Then Ganzhorn changed his political stance and issued a declaration of allegiance to the existing monarchy and the government. The reasons for this change of heart are probably also to be found in the lost election to the mayor of Sindelfingen. He was realistic enough to realize that he could not be successful with his previous attitude and that his attitude towards the king would stand in the way of his further professional career. He also anticipated the time of reaction and measures to clean up the civil servants.

Church in Feldrennach
Gasthof "Rössle" in Conweiler

Chief magistrate in Aalen, marriage to Luise Alber

On May 26, 1854, Ganzhorn was first provisionally and then finally appointed chief magistrate in Aalen on November 23 .

Wilhelm Ganzhorn and Jakobine Luise Alber (born September 27, 1837 in Conweiler ; † March 8, 1909 in Cannstatt ) married on January 18, 1855 in St. Stephen's Church in Feldrennach .

Luise Alber was the daughter of the Rössles landlord in Conweiler and farmer Friedrich Alber and his wife Friederike, née Zeltmann. Ganzhorn's wife Luise gave birth to ten children, four of whom died in infancy. When a better paid position became available in Neckarsulm , Ganzhorn applied for it and was transferred there with effect from December 15, 1859.

Chief magistrate in Neckarsulm

Former Higher Regional Court
Neckarsulm Binswanger Str. 3

The move to Neckarsulm took place in early March 1860 . Ganzhorn lived there in today's Binswanger Straße 3 in the new upper office building built between 1845 and 1847. The Neckarsulm City Archives were housed in this apartment until the beginning of 2009 . Ganzhorn applied for a seat in the state parliament in January 1862 , but was not elected.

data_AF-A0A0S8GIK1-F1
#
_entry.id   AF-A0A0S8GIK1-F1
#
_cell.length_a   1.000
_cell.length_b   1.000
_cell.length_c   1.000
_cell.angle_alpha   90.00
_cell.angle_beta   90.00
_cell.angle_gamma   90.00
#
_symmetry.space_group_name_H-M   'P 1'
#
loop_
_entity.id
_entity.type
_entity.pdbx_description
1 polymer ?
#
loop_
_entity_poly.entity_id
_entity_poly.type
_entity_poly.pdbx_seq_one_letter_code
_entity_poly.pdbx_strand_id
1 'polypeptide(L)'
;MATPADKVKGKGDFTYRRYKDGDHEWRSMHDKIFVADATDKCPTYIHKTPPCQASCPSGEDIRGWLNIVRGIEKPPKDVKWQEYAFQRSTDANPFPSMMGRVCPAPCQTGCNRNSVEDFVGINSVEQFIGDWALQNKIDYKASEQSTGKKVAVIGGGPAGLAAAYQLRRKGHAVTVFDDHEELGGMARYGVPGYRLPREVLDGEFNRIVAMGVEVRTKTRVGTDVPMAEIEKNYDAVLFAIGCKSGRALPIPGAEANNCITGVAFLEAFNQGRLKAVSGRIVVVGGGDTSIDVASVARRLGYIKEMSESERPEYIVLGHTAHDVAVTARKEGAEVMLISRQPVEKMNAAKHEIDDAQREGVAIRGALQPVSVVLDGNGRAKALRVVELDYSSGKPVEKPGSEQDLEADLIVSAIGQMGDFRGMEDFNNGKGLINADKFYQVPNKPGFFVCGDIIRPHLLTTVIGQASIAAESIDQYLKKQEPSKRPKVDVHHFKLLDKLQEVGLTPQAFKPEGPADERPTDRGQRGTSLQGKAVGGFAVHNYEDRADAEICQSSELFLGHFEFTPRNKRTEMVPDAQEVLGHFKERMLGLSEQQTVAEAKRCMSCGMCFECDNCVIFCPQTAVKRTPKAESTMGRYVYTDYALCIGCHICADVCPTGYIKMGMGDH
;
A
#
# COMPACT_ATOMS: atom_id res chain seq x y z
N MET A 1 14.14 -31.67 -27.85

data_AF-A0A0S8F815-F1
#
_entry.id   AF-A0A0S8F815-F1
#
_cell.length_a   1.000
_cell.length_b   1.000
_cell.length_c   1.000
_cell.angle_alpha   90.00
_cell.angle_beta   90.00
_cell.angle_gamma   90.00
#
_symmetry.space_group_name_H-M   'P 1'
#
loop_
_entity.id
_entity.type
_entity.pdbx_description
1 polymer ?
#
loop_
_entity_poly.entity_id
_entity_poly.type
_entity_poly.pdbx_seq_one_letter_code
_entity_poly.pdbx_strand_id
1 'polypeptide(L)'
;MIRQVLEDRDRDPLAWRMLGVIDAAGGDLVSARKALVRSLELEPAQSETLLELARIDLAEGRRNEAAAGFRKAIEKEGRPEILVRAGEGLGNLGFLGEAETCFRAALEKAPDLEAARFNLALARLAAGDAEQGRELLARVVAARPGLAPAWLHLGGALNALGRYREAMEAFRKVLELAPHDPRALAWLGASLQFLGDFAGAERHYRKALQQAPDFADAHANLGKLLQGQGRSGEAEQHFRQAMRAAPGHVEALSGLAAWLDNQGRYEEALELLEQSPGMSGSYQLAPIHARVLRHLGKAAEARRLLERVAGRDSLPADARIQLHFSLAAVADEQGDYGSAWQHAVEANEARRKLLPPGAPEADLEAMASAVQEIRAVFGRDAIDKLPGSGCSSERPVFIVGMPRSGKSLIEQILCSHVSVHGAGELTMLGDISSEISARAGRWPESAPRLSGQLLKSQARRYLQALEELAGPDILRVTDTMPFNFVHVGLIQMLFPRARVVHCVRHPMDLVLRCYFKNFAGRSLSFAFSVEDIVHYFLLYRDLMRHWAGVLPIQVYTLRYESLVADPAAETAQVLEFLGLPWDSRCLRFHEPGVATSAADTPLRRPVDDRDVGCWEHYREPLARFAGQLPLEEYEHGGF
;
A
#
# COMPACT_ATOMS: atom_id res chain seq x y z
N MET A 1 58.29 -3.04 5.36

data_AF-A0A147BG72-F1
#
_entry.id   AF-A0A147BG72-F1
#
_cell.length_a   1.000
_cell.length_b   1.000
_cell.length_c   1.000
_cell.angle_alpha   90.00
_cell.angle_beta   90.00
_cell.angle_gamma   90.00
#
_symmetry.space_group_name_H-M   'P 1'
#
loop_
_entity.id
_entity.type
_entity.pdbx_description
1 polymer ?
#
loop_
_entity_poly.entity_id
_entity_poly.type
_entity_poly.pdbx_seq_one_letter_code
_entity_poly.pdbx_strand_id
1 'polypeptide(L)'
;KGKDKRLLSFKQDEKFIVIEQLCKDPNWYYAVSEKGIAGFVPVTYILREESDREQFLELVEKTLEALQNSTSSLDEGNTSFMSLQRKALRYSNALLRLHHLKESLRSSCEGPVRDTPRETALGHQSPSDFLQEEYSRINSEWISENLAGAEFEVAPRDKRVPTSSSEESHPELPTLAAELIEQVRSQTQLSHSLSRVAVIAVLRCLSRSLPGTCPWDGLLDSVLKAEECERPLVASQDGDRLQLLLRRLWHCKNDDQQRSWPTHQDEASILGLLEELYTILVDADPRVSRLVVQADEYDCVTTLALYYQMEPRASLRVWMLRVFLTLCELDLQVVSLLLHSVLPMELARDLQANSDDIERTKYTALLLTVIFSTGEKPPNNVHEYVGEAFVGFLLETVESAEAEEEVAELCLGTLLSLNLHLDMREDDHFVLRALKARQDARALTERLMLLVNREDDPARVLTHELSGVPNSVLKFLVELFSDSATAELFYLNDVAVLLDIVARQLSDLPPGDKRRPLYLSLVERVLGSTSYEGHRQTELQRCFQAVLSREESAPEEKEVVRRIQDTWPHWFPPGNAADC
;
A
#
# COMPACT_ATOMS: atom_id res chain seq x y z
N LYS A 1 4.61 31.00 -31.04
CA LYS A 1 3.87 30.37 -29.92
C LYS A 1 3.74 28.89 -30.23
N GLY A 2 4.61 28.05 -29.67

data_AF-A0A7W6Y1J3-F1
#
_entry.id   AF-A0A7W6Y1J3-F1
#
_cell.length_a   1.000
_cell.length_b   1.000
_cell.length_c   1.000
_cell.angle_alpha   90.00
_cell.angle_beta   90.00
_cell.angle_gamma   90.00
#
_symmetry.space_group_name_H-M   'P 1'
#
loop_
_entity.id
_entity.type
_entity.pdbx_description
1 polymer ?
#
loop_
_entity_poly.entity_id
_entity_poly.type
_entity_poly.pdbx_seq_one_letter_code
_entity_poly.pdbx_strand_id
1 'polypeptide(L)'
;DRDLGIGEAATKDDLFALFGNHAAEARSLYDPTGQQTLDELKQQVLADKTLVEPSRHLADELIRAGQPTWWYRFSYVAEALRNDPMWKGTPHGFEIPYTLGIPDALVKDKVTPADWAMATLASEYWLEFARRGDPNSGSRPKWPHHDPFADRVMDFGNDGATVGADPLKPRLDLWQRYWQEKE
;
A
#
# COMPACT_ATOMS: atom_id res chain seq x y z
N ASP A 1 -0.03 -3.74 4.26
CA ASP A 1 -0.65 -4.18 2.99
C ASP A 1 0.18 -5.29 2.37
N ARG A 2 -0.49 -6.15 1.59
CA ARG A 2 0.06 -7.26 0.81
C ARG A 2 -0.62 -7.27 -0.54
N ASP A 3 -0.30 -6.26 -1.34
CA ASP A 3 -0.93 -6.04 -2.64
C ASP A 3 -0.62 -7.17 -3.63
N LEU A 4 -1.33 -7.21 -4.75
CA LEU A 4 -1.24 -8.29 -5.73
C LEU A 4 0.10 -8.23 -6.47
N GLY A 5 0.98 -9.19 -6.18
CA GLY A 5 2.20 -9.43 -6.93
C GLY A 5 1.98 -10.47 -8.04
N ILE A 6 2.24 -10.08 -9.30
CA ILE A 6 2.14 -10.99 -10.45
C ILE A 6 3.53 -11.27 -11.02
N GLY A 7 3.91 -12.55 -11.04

Ganzhorn was in the otherwise predominantly Catholic Neckarsulm member of the Protestant community and was on November 11, 1860. Church council elected (elders). He held this position until his departure in 1878. In this position he tried to achieve a balanced relationship between the Catholic and Protestant congregations.

During his time in Neckarsulm, Ganzhorn was also interested in research on antiquity and history. Here he joined the Historical Association for the Württemberg Franconia in 1860/1861 . As part of this research, he carried out excavations himself, first in his district of Neckarsulm and later in Sindelfingen (Fuchsberg district) , among others . For example, in 1862 he found a stone chisel and a stone ax in a burial mound in the Kochendorf district and in the same year the remains of vessels, a stone knife, thunderbolts and a Roman urn in the Offenau district. It was important to him to publish his research results. He brought out reports in the club newspaper and in the general press. He gave several lectures on various occasions about his finds in the Neckar region. He was also interested in anthropology , which brought him together at exhibitions and meetings with important men of his time, such as Rudolf von Virchow , Carl Vogt and the paleontologist Karl Alfred von Zittel .

In his professional activity, Ganzhorn is characterized as a mild and benevolent judge who always tried to balance differences and to reconcile disputants. Ganzhorn applied for a senior magistrate's position in Cannstatt, among other reasons, because his children would then be able to attend higher education institutions, and was transferred to Cannstatt on May 3, 1878.

Chief magistrate in Cannstatt

District court in Cannstatt , Wilhelmstrasse 10
Gravestone in the Cannstatter Uff churchyard

Ganzhorn took up his new position as chief magistrate in Cannstatt on August 9, 1878. In Stuttgart he was a member of the Anthropological Association and the Württemberg Antiquities Association and, from the end of 1878, in Cannstatt in the Apostelkranz , a lecture society.

Ganzhorn loved to travel all his life. In July 1843 and in the summer of 1844 he traveled to Belgium , Italy , Switzerland and France . But even in later years after 1850 there was at least one extended trip almost every year, during which he visited many European countries, for example Italy, Switzerland and Austria several times . It can be assumed that he visited all the world expositions in Europe that were held during his lifetime.